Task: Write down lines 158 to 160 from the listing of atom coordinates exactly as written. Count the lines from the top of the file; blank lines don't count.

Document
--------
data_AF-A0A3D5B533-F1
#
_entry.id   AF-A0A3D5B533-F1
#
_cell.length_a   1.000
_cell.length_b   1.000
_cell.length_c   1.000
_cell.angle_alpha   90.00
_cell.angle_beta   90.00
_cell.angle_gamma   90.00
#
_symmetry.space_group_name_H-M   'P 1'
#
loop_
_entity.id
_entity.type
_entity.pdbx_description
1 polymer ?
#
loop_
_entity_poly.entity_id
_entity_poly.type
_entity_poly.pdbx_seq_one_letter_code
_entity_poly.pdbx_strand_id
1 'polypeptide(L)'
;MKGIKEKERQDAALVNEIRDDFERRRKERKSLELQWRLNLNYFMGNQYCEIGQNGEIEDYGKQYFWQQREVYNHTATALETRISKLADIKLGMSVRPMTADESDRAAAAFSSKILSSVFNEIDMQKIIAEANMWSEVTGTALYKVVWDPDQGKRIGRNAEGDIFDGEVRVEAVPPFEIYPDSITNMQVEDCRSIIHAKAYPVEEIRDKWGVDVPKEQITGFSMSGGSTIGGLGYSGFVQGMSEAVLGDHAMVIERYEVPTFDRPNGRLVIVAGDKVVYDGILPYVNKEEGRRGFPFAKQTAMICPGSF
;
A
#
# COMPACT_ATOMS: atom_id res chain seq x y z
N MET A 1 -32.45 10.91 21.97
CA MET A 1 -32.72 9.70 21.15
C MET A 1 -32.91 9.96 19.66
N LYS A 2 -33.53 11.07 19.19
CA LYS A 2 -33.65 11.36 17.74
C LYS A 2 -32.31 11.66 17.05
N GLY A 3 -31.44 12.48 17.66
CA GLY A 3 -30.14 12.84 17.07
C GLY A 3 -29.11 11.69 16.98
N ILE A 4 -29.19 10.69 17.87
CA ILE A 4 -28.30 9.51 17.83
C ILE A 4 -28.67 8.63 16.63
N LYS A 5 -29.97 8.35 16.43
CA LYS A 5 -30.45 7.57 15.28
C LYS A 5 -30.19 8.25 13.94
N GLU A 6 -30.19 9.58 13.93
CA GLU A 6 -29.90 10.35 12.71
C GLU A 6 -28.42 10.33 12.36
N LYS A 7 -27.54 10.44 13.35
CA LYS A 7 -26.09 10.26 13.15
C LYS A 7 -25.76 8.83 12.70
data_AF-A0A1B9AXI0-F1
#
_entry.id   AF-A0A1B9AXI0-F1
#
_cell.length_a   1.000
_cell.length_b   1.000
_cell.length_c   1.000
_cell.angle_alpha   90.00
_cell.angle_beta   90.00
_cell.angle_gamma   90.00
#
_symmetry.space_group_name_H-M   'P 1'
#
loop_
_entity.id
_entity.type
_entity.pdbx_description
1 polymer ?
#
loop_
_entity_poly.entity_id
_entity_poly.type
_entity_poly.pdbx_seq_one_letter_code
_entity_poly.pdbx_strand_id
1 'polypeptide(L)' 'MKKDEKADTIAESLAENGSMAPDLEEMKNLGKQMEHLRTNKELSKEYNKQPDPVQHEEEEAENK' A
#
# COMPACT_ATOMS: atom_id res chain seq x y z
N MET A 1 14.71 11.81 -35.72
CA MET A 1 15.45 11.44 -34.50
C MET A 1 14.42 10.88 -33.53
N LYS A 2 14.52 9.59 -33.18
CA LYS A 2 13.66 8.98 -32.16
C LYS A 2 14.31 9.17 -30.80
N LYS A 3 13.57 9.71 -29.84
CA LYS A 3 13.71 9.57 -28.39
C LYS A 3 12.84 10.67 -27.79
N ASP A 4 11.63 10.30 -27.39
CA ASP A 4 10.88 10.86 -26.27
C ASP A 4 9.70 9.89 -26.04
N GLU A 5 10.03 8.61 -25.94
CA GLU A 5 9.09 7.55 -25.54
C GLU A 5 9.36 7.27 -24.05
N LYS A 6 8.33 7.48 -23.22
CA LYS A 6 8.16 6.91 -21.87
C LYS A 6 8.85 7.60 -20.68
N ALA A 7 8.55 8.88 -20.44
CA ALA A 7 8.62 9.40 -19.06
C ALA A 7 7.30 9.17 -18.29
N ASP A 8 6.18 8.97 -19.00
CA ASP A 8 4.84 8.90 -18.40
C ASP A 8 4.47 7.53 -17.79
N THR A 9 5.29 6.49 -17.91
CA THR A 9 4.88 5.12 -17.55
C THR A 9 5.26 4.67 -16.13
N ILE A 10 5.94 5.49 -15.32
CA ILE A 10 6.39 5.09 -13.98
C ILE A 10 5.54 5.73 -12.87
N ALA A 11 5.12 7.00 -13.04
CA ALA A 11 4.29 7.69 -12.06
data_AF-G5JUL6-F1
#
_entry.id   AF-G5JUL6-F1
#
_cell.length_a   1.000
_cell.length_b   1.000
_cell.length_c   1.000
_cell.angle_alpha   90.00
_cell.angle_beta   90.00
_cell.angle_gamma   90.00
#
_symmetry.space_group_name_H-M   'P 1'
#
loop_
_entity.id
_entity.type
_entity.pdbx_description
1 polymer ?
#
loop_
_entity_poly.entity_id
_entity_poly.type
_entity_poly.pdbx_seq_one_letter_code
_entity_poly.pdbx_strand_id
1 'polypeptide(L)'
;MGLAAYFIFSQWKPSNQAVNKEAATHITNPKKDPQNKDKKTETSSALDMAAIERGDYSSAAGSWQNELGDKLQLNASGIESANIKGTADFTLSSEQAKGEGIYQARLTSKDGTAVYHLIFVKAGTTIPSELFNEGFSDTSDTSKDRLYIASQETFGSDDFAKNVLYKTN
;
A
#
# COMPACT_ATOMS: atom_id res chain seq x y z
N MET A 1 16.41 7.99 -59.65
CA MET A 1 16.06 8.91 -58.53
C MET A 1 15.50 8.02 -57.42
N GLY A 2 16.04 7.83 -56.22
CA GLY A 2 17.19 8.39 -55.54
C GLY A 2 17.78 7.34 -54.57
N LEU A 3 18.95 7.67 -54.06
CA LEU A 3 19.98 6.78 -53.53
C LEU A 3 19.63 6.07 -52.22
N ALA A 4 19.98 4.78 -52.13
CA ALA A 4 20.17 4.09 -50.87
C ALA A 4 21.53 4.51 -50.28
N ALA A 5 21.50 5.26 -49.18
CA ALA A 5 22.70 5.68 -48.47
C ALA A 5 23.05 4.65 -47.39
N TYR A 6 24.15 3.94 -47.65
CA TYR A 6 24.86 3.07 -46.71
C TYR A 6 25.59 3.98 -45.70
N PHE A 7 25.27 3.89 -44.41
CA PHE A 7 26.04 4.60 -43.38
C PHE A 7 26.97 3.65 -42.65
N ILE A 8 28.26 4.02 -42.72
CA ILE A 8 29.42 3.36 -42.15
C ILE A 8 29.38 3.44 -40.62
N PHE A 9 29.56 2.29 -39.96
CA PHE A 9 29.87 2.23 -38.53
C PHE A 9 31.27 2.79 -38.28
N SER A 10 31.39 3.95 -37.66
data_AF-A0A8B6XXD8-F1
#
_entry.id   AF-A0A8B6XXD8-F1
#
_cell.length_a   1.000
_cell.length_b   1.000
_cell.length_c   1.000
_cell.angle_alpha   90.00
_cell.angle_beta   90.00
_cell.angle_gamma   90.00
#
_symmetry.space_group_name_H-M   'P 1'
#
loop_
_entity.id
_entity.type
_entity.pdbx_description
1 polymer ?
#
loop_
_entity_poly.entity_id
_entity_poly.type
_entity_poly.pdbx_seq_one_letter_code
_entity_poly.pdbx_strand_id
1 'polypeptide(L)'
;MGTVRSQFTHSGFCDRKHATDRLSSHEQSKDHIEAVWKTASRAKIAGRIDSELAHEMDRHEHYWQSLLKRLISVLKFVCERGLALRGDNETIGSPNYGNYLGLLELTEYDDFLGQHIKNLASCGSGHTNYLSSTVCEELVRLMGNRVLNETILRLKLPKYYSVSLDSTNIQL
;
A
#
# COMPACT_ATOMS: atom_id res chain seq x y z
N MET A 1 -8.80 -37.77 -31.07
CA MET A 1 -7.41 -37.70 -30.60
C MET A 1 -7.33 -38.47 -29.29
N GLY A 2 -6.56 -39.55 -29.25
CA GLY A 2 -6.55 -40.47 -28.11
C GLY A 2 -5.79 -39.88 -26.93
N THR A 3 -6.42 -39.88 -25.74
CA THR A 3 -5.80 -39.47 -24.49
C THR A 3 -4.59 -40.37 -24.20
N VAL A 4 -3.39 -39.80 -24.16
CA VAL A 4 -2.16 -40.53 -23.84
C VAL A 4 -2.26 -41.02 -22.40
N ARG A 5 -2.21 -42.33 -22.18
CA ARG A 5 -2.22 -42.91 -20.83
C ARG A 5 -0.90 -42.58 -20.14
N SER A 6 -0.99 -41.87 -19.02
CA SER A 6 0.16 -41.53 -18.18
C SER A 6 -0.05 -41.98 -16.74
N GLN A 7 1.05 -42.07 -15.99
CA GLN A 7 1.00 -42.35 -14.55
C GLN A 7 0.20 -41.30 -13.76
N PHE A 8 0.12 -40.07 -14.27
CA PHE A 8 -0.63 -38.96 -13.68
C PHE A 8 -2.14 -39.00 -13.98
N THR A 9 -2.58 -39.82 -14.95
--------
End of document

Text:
C TYR A 6 25.59 3.98 -45.70
N PHE A 7 25.27 3.89 -44.41
CA PHE A 7 26.04 4.60 -43.38